The noble Lord should acknowledge that we cannot look at this as a group of 350 people; we must look at it as a group of approximately 2,000 who are eligible whether they are resident in Zimbabwe, the United Kingdom or, indeed, a third country. I shall look at that group again in the light of this evening’s debate because, as the noble Lord, Lord Luce, so eloquently argued, there is a moral and a pragmatic case here, and a responsibility to public servants who have served the Crown so honourably. Above all else, the dramatic change in circumstances has meant that these individuals are in a situation that none of us could have envisaged at the time of the Lancaster House agreement. Therefore, we need to look at the matter again. I cannot give a commitment because, as the noble Lord, Lord Waddington, suspected, I arrived with a brief which required me to defend the current situation. I now need to look at it again in the light of what was said this evening.

On the broader point made by the noble Baroness, Lady Rawlings, we do our best to ensure that our humanitarian assistance reaches those in need in Zimbabwe and avoids the hands of the Zimbabwean Government. We are giving £40 million per year in aid and it is targeted at those who are most vulnerable and in need across the board, including, of course, the

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elderly. It supports some 2 million people, which, with a third of Zimbabweans having left the country, I am afraid is a very significant portion of the remaining population. The Prime Minister recently announced that we have given a further £8 million this year to support the World Food Programme’s appeal. Our aid goes directly to NGOs and via the UN; it does not support the Government in any way.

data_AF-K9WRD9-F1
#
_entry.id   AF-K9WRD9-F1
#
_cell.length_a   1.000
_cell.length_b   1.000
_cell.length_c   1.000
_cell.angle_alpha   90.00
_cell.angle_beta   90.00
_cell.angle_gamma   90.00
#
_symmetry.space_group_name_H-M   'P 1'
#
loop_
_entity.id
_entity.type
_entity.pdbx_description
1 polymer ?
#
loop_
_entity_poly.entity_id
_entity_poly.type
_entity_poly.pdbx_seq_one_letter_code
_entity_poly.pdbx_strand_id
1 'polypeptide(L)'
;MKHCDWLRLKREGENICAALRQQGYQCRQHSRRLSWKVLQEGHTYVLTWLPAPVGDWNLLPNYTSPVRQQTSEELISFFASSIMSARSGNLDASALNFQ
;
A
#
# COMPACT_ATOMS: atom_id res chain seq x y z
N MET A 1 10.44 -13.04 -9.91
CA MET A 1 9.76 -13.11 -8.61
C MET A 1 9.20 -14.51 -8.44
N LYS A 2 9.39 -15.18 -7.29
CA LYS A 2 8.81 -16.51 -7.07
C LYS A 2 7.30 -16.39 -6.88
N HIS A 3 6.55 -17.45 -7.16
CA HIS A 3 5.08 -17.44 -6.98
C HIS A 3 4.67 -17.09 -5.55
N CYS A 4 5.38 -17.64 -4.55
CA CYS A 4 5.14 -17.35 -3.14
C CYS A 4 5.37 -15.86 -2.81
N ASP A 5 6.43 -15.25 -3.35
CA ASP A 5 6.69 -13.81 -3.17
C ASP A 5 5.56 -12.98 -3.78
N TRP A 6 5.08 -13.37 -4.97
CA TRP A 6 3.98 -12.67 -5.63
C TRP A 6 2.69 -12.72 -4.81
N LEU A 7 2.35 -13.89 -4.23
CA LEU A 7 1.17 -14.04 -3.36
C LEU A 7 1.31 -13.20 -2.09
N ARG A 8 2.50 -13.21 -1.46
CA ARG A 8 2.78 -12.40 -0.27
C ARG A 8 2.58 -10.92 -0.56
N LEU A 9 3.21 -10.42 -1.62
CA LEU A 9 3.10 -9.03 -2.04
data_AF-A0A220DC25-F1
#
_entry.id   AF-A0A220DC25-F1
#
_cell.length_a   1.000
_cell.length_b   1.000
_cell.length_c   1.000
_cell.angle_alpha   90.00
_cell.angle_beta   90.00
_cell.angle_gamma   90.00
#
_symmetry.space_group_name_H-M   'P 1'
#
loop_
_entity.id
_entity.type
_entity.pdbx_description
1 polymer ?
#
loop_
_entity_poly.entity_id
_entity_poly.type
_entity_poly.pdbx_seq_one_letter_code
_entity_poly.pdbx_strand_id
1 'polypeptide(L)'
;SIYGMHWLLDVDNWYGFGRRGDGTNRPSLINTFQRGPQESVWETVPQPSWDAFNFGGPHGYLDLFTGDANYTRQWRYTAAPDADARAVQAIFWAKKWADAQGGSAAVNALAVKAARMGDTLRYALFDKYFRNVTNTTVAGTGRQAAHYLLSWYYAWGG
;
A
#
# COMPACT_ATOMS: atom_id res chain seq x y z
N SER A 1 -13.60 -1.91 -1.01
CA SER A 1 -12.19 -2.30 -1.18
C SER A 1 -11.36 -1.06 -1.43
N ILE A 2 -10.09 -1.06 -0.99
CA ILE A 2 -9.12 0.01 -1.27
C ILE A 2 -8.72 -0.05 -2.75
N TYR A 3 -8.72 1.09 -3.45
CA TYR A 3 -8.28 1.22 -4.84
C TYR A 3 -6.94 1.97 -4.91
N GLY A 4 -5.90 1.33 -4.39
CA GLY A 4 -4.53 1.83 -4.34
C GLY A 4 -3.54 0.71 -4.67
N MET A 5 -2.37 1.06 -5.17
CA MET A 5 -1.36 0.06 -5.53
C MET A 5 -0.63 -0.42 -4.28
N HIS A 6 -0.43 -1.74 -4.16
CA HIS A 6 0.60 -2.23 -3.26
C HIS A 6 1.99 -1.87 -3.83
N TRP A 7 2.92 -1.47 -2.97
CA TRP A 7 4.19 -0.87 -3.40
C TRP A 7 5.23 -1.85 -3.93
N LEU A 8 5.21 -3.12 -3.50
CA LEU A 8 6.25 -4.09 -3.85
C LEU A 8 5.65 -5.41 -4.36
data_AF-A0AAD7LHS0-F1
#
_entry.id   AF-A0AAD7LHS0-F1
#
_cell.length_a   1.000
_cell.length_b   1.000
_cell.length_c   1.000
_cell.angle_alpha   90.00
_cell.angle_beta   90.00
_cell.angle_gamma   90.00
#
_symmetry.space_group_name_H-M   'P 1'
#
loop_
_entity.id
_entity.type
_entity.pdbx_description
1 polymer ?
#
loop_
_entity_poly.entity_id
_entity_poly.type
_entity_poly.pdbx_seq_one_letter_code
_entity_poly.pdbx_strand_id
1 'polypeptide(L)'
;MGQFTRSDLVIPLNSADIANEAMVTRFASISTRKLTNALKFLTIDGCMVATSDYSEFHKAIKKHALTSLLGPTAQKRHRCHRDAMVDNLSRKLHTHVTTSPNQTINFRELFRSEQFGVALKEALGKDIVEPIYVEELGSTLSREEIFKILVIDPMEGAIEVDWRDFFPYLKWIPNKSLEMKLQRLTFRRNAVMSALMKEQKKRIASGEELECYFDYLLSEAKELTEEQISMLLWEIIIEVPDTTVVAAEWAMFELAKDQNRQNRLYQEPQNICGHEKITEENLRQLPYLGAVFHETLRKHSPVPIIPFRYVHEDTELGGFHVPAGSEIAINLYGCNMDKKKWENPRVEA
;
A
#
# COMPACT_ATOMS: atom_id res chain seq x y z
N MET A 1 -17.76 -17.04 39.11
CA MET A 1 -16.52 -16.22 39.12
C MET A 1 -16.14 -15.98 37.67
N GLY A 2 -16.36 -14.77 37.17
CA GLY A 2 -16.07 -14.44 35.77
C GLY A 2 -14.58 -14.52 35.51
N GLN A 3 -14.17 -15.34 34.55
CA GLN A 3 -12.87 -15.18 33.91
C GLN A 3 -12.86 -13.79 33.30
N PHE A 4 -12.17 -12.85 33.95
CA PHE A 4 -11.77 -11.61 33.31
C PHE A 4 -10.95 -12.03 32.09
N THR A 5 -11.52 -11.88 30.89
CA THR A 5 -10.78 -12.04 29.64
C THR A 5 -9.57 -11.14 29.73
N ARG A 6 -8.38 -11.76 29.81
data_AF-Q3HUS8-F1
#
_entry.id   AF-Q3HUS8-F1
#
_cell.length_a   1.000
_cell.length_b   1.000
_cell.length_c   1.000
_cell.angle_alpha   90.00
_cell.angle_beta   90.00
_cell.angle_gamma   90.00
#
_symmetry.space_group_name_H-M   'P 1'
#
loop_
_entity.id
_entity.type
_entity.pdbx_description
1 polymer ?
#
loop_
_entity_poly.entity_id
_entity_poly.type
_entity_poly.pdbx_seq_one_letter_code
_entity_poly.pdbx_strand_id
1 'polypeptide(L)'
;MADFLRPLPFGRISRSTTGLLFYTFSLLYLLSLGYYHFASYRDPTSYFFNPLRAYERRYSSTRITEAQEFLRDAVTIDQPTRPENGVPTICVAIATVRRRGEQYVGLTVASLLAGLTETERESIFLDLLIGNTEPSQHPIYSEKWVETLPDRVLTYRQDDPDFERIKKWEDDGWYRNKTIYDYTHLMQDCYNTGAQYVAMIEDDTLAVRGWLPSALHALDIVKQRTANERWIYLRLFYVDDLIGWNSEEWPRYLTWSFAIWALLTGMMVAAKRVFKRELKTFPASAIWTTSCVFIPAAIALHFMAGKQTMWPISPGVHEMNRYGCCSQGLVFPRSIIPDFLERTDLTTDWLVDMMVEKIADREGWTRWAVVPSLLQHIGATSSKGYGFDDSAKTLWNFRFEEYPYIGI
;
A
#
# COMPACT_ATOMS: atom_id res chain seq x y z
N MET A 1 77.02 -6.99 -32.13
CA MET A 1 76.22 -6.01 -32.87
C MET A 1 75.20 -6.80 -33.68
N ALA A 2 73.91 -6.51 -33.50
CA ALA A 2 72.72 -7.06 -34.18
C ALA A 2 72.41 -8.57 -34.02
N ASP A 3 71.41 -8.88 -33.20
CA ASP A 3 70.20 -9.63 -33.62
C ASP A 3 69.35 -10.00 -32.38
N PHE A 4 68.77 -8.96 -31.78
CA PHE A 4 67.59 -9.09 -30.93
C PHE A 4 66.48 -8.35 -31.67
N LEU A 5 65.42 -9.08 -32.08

As noble Lords know, we continue to take other steps to try to tighten the list of those not allowed to travel here and to try to persuade the European Union to join us in tightening these arrangements. The noble Baroness touched on the Prime Minister’s decision not to attend the EU-African Union Summit and, indeed, to say that no senior Minister will attend. As noble Lords know, however, we hope that the summit will proceed and be a success, precisely because we do not want the whole of Africa to be hostage to this terrible tragedy in Zimbabwe. We have a lot of good things to do with the rest of Africa, and it is important that we can proceed to do them.

I think that we all recognise that, in the light of subsequent events, President Mugabe’s knighthood has become a travesty. However, there is the issue of the appropriate circumstances in which it might be removed so that it does not make him a local folk hero. We need to continue to reflect on that; but please do not consider our lack of action as somehow suggesting that we think that he deserves it.

I thank all those who have participated in the debate this evening for their extraordinarily important points, which have certainly opened my eyes to an issue of which I was insufficiently aware.

Baroness Royall of Blaisdon: My Lords, before seeking to adjourn the House, perhaps I may respectfully point out that if a noble Lord wishes to speak in a debate for which he or she has not put their name on the list, they should speak in the gap and inform other noble Lords accordingly.